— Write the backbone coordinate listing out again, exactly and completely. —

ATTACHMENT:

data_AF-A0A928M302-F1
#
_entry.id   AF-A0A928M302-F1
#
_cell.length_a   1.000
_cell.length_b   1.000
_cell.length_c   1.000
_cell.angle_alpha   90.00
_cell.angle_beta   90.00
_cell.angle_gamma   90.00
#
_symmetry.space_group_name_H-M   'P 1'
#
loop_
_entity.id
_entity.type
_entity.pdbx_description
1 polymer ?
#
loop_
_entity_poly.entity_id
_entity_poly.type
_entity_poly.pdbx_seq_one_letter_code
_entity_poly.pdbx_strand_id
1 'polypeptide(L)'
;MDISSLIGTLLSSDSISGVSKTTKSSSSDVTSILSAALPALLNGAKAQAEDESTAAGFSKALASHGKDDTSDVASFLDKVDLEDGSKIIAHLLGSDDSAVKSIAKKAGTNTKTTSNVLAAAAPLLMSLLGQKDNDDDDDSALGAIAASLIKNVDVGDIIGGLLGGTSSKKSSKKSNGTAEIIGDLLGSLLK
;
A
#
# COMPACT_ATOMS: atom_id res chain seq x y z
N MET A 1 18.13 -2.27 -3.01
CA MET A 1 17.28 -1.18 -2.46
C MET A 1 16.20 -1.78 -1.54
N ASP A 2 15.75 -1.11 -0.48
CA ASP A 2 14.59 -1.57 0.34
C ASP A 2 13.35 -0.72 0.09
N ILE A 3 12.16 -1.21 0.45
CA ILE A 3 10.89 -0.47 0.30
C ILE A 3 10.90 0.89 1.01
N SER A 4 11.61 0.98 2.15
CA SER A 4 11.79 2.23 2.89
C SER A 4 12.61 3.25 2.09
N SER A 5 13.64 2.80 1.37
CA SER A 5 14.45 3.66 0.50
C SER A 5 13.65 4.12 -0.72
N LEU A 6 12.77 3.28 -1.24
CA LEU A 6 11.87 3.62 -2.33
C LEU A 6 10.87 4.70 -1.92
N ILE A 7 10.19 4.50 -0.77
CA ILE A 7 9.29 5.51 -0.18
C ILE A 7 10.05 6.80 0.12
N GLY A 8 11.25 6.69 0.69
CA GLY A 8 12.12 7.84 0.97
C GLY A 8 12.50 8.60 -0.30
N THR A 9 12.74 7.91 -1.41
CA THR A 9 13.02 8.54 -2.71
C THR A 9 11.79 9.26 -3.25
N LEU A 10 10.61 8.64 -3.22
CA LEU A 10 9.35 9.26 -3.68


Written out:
data_AF-A0A928M302-F1
#
_entry.id   AF-A0A928M302-F1
#
_cell.length_a   1.000
_cell.length_b   1.000
_cell.length_c   1.000
_cell.angle_alpha   90.00
_cell.angle_beta   90.00
_cell.angle_gamma   90.00
#
_symmetry.space_group_name_H-M   'P 1'
#
loop_
_entity.id
_entity.type
_entity.pdbx_description
1 polymer ?
#
loop_
_entity_poly.entity_id
_entity_poly.type
_entity_poly.pdbx_seq_one_letter_code
_entity_poly.pdbx_strand_id
1 'polypeptide(L)'
;MDISSLIGTLLSSDSISGVSKTTKSSSSDVTSILSAALPALLNGAKAQAEDESTAAGFSKALASHGKDDTSDVASFLDKVDLEDGSKIIAHLLGSDDSAVKSIAKKAGTNTKTTSNVLAAAAPLLMSLLGQKDNDDDDDSALGAIAASLIKNVDVGDIIGGLLGGTSSKKSSKKSNGTAEIIGDLLGSLLK
;
A
#
# COMPACT_ATOMS: atom_id res chain seq x y z
N MET A 1 18.13 -2.27 -3.01
CA MET A 1 17.28 -1.18 -2.46
C MET A 1 16.20 -1.78 -1.54
N ASP A 2 15.75 -1.11 -0.48
CA ASP A 2 14.59 -1.57 0.34
C ASP A 2 13.35 -0.72 0.09
N ILE A 3 12.16 -1.21 0.45
CA ILE A 3 10.89 -0.47 0.30
C ILE A 3 10.90 0.89 1.01
N SER A 4 11.61 0.98 2.15
CA SER A 4 11.79 2.23 2.89
C SER A 4 12.61 3.25 2.09
N SER A 5 13.64 2.80 1.37
CA SER A 5 14.45 3.66 0.50
C SER A 5 13.65 4.12 -0.72
N LEU A 6 12.77 3.28 -1.24
CA LEU A 6 11.87 3.62 -2.33
C LEU A 6 10.87 4.70 -1.92
N ILE A 7 10.19 4.50 -0.77
CA ILE A 7 9.29 5.51 -0.18
C ILE A 7 10.05 6.80 0.12
N GLY A 8 11.25 6.69 0.69
CA GLY A 8 12.12 7.84 0.97
C GLY A 8 12.50 8.60 -0.30
N THR A 9 12.74 7.91 -1.41
CA THR A 9 13.02 8.54 -2.71
C THR A 9 11.79 9.26 -3.25
N LEU A 10 10.61 8.64 -3.22
CA LEU A 10 9.35 9.26 -3.68